Another innovation that we imported from Israel was to have a Kiddush (refreshments) to break up the long service.

Finally, and most importantly, we got someone new to blow the shofar.

We finished the first part of the prayer service at 11:30am and proceeded to the Kiddush as scheduled. The Kiddush was a great joy to the congregation and attracted many participants who socialized freely and unrestrained by an ongoing prayer service.

At 12 noon, we convened back in the synagogue, I gave my speech and then we heard the shofar. The shofar blower is a young man who hadn’t blown the shofar before for Rosh Hashana. He was concerned as to his spiritual suitability for the task. He studied the laws and consulted with multiple Rabbis. He went to the Mikveh (ritual bath). He prepared himself mentally and spiritually for the big responsibility of blowing the shofar for the congregation. I think he took the idea of Teshuva, of repentance, very seriously. He was completely focused. He didn’t talk or chit-chat with anyone before or after his part.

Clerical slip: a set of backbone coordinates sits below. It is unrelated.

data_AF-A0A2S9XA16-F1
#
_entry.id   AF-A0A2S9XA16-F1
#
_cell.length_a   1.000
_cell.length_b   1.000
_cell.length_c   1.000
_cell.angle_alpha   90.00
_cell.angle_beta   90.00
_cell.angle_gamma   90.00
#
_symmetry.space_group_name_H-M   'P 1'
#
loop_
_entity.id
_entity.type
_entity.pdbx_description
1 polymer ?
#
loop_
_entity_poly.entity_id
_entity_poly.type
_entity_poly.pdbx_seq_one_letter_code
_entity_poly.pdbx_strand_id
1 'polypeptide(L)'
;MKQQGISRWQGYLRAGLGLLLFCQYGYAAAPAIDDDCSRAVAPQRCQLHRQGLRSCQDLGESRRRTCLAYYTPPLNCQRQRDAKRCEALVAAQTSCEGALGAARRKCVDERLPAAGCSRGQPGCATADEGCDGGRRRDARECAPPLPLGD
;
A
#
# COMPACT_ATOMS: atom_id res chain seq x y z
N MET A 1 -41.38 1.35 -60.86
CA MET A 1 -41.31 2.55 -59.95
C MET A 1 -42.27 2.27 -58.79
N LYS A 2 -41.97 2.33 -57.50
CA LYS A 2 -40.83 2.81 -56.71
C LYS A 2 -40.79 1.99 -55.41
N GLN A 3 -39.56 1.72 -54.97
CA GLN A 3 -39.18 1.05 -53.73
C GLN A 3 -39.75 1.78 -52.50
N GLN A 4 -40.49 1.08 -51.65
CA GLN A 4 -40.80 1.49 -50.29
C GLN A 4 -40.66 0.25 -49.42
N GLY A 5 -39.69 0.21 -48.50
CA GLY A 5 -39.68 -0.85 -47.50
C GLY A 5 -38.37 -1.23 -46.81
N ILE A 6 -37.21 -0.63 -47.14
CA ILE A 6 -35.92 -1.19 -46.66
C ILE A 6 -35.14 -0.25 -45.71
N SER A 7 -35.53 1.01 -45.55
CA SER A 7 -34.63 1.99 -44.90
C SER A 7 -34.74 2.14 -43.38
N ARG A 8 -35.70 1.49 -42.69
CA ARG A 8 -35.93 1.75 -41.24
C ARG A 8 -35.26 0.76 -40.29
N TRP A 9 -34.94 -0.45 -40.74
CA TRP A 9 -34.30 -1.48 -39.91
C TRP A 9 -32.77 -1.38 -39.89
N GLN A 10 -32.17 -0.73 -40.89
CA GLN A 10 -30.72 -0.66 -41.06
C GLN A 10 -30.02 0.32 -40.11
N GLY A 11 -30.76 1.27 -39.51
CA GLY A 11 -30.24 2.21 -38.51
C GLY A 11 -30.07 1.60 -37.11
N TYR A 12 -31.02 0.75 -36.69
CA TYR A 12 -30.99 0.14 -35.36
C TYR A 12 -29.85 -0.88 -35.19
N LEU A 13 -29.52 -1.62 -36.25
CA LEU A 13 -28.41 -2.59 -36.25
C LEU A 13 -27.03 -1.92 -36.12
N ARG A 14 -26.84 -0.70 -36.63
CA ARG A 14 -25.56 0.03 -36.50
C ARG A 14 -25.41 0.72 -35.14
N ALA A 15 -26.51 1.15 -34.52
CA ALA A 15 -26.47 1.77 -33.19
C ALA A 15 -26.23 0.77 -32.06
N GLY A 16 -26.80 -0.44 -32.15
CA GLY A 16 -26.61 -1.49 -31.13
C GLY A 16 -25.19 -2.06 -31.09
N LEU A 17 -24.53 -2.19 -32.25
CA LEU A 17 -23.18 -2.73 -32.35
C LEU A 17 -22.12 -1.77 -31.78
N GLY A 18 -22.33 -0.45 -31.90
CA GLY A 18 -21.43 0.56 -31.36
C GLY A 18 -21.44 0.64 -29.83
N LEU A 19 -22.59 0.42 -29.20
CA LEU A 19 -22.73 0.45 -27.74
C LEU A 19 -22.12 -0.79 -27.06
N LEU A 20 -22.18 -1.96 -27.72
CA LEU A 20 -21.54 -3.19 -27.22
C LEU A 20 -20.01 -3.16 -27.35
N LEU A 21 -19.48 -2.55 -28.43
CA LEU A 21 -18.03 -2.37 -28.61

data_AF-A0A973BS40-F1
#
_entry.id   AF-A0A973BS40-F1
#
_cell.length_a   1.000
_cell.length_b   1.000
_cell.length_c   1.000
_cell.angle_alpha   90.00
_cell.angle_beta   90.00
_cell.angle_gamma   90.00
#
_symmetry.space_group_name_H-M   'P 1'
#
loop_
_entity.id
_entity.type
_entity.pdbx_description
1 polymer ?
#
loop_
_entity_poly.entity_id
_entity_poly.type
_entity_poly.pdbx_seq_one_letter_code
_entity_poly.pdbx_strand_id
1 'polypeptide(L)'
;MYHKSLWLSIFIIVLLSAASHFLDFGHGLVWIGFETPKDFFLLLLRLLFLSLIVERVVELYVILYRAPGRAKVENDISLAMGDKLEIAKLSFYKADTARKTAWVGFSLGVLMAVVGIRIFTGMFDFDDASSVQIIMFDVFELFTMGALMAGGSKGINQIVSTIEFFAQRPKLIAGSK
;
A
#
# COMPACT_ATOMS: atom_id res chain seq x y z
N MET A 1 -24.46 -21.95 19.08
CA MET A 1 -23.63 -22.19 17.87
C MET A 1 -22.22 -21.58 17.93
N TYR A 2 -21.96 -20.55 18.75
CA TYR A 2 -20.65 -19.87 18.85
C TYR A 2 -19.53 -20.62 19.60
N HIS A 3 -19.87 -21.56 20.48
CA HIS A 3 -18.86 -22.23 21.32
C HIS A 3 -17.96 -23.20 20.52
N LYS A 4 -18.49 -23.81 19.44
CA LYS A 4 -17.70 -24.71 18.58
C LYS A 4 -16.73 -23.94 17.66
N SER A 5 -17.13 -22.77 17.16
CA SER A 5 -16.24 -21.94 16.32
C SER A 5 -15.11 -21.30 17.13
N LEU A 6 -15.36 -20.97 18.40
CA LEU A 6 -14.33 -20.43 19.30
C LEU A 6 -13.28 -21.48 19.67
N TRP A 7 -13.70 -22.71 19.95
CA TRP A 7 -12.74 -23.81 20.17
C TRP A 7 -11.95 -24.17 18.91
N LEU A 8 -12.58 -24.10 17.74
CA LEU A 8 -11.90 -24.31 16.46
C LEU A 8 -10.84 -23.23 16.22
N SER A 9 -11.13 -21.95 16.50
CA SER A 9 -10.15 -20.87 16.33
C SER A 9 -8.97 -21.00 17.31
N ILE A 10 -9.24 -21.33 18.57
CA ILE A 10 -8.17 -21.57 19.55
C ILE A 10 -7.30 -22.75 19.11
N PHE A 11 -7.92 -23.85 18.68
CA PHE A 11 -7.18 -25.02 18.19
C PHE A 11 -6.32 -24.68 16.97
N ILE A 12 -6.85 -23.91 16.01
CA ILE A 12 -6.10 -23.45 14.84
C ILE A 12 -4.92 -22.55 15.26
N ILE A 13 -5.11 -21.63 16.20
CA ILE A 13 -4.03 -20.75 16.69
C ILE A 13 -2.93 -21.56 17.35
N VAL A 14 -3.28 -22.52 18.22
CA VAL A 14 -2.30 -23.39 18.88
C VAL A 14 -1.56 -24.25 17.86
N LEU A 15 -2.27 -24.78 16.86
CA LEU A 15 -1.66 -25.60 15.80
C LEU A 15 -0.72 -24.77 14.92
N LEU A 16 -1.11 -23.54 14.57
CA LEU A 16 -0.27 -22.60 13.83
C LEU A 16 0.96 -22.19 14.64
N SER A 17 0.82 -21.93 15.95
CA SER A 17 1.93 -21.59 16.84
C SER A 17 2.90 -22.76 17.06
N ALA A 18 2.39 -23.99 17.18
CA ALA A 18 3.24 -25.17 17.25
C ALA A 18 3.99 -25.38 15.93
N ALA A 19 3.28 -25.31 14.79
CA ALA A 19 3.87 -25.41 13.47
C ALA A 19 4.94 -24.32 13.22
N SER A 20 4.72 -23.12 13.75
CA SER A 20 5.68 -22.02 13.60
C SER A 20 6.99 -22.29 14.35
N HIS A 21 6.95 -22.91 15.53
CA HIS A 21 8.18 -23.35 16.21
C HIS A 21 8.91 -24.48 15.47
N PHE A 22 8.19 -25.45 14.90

And then he blew the shofar. It was clear. It was strong. It was perfect. He didn’t need to repeat one note due to error. At the end of each series of blasts, there is the Tekia Gedola, a long continuous blast that seemed to last forever. The sound incredibly expanded with each passing second. One could feel the heavens opening up to hear the blast and our accompanying prayers. In all my years of attending Rosh Hashana services around the world, I cannot recall a more powerful, moving, spiritually charged shofar blowing act than what we just had in Montevideo.

The Holidays, Again

The Holidays, Again

There is both something boring yet something comforting about the Holidays. Thanks to yearly repetition, we know more or less what to expect. There are particular things about the Holidays that each of us likes, and there are probably more that we can do without, but we put up with it, out of respect for our parents, family, friends, community and tradition.

This predictability is both a great strength and a fatal weakness. There is a tremendous value in repetition. Studies have shown that repetition of any act is not a cumulative effect but an exponential force at reinforcing that act as part of our psyche. However, that same, sometimes mind-numbing repetition of anything, is what often causes us to miss out entirely the deeper meaning, potential and force that each Holiday has contained within it.